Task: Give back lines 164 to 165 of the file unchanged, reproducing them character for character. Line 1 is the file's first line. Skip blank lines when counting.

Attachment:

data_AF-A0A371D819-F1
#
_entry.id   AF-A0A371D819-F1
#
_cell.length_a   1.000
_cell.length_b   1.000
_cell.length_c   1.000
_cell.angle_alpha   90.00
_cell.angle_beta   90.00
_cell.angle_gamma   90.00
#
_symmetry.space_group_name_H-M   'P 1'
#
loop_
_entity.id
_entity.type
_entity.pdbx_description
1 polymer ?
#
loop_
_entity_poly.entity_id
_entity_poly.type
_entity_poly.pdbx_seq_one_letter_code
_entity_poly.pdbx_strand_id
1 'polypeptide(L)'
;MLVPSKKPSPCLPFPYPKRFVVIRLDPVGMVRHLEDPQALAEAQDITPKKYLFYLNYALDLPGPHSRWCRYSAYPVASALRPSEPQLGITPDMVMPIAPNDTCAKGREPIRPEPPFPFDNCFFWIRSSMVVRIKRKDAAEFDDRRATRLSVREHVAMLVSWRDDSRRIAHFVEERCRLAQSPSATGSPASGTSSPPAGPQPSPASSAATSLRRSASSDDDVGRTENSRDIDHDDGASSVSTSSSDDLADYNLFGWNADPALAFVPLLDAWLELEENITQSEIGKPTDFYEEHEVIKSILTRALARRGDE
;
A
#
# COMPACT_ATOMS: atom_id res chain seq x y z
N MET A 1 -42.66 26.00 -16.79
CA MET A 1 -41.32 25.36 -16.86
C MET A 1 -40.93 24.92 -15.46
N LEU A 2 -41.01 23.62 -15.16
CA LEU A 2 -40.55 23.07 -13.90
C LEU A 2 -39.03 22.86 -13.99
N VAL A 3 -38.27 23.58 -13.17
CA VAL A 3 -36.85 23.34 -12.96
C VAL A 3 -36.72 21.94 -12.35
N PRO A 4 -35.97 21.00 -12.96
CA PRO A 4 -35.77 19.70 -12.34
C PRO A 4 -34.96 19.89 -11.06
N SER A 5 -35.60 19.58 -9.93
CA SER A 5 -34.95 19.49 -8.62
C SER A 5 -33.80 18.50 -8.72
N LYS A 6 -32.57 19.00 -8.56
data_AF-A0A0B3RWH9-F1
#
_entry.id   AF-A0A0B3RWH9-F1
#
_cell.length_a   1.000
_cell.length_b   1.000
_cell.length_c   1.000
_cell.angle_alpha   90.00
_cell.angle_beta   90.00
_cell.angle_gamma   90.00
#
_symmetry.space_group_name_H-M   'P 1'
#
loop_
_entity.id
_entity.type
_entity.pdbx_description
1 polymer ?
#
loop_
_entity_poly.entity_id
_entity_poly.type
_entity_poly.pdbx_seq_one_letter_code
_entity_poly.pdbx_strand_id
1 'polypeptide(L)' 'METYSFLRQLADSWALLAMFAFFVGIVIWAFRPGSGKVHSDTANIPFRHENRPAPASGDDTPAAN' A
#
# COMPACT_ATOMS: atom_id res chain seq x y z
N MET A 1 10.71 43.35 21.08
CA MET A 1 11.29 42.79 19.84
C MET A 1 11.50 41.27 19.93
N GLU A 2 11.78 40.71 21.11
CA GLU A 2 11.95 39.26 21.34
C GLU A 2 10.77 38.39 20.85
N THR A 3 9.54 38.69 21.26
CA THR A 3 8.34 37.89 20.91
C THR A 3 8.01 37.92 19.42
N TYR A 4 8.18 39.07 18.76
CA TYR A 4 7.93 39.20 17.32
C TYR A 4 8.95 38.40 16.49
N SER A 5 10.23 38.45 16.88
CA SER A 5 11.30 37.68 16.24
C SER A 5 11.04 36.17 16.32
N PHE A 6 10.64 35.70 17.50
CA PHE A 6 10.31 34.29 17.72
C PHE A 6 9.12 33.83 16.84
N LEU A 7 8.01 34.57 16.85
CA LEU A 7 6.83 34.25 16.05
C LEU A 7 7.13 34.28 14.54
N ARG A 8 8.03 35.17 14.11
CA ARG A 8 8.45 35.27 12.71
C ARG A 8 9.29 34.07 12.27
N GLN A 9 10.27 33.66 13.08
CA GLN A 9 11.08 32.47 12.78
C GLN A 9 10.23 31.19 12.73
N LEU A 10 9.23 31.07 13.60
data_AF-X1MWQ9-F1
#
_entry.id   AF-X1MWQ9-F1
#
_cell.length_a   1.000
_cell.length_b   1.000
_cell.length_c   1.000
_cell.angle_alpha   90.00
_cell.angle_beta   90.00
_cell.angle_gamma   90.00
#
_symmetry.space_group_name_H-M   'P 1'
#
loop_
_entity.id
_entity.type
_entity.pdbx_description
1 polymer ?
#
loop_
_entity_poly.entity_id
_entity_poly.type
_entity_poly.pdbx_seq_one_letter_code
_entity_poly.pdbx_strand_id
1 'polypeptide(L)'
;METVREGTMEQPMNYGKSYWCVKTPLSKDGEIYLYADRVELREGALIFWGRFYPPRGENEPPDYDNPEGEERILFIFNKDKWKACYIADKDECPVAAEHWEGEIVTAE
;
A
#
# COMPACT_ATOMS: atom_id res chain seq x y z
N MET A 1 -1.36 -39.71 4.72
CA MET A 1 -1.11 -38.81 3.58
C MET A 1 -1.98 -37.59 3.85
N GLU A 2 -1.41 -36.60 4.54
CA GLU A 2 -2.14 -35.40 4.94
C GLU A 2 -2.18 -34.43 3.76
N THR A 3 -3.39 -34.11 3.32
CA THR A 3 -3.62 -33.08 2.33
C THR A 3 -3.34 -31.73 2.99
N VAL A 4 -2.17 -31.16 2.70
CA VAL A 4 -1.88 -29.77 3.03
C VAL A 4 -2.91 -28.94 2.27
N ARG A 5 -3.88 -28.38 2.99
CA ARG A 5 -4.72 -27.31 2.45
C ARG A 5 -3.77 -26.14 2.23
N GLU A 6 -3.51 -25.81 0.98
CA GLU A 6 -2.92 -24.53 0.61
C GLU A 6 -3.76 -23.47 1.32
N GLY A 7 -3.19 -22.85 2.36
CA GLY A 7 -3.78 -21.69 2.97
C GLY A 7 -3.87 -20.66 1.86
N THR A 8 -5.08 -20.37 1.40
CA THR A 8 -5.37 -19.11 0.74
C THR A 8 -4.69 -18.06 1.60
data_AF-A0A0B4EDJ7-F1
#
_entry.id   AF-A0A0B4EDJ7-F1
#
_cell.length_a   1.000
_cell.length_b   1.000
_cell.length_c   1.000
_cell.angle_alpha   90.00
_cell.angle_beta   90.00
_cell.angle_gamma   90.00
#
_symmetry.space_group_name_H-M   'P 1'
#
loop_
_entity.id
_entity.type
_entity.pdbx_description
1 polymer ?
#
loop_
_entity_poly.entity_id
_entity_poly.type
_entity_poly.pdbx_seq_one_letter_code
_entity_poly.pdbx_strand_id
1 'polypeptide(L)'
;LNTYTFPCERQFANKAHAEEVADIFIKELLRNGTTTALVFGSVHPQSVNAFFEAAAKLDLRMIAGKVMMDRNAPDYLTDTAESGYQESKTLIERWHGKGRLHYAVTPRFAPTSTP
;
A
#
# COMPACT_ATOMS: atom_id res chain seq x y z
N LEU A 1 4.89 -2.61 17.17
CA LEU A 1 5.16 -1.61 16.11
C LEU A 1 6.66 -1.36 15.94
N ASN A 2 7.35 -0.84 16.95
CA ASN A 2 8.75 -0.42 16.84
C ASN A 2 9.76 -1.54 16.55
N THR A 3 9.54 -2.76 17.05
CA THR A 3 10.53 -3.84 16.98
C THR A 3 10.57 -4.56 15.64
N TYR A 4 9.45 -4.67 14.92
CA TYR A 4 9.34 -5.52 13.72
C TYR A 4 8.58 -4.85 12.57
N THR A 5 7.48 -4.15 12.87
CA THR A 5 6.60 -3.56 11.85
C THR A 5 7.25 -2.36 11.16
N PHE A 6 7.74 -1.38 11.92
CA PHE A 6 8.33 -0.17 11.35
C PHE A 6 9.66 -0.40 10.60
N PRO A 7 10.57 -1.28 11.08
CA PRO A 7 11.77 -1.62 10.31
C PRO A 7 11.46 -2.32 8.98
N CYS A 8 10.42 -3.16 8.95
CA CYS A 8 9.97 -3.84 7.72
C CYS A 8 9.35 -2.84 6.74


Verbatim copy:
_cell.angle_beta   90.00
_cell.angle_gamma   90.00